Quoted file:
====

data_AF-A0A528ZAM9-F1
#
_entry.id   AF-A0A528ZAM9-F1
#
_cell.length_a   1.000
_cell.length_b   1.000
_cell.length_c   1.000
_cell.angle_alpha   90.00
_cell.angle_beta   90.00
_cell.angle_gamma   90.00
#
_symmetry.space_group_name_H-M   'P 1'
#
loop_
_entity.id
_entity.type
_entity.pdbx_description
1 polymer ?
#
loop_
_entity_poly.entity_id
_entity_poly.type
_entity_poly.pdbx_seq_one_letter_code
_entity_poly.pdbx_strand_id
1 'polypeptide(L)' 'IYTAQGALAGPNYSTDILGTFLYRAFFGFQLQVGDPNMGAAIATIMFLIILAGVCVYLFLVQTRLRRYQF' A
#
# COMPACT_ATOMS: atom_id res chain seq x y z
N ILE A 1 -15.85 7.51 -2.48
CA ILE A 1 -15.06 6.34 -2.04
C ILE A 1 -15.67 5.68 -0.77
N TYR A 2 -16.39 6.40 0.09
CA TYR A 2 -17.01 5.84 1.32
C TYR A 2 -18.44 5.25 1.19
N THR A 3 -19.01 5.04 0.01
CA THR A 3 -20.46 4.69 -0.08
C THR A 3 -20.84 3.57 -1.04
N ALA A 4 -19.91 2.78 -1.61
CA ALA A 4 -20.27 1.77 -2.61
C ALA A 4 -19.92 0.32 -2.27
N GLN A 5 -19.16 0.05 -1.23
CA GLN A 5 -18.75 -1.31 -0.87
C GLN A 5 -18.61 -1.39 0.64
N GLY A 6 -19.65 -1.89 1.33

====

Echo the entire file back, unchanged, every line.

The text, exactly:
data_AF-A0A528ZAM9-F1
#
_entry.id   AF-A0A528ZAM9-F1
#
_cell.length_a   1.000
_cell.length_b   1.000
_cell.length_c   1.000
_cell.angle_alpha   90.00
_cell.angle_beta   90.00
_cell.angle_gamma   90.00
#
_symmetry.space_group_name_H-M   'P 1'
#
loop_
_entity.id
_entity.type
_entity.pdbx_description
1 polymer ?
#
loop_
_entity_poly.entity_id
_entity_poly.type
_entity_poly.pdbx_seq_one_letter_code
_entity_poly.pdbx_strand_id
1 'polypeptide(L)' 'IYTAQGALAGPNYSTDILGTFLYRAFFGFQLQVGDPNMGAAIATIMFLIILAGVCVYLFLVQTRLRRYQF' A
#
# COMPACT_ATOMS: atom_id res chain seq x y z
N ILE A 1 -15.85 7.51 -2.48
CA ILE A 1 -15.06 6.34 -2.04
C ILE A 1 -15.67 5.68 -0.77
N TYR A 2 -16.39 6.40 0.09
CA TYR A 2 -17.01 5.84 1.32
C TYR A 2 -18.44 5.25 1.19
N THR A 3 -19.01 5.04 0.01
CA THR A 3 -20.46 4.69 -0.08
C THR A 3 -20.84 3.57 -1.04
N ALA A 4 -19.91 2.78 -1.61
CA ALA A 4 -20.27 1.77 -2.61
C ALA A 4 -19.92 0.32 -2.27
N GLN A 5 -19.16 0.05 -1.23
CA GLN A 5 -18.75 -1.31 -0.87
C GLN A 5 -18.61 -1.39 0.64
N GLY A 6 -19.65 -1.89 1.33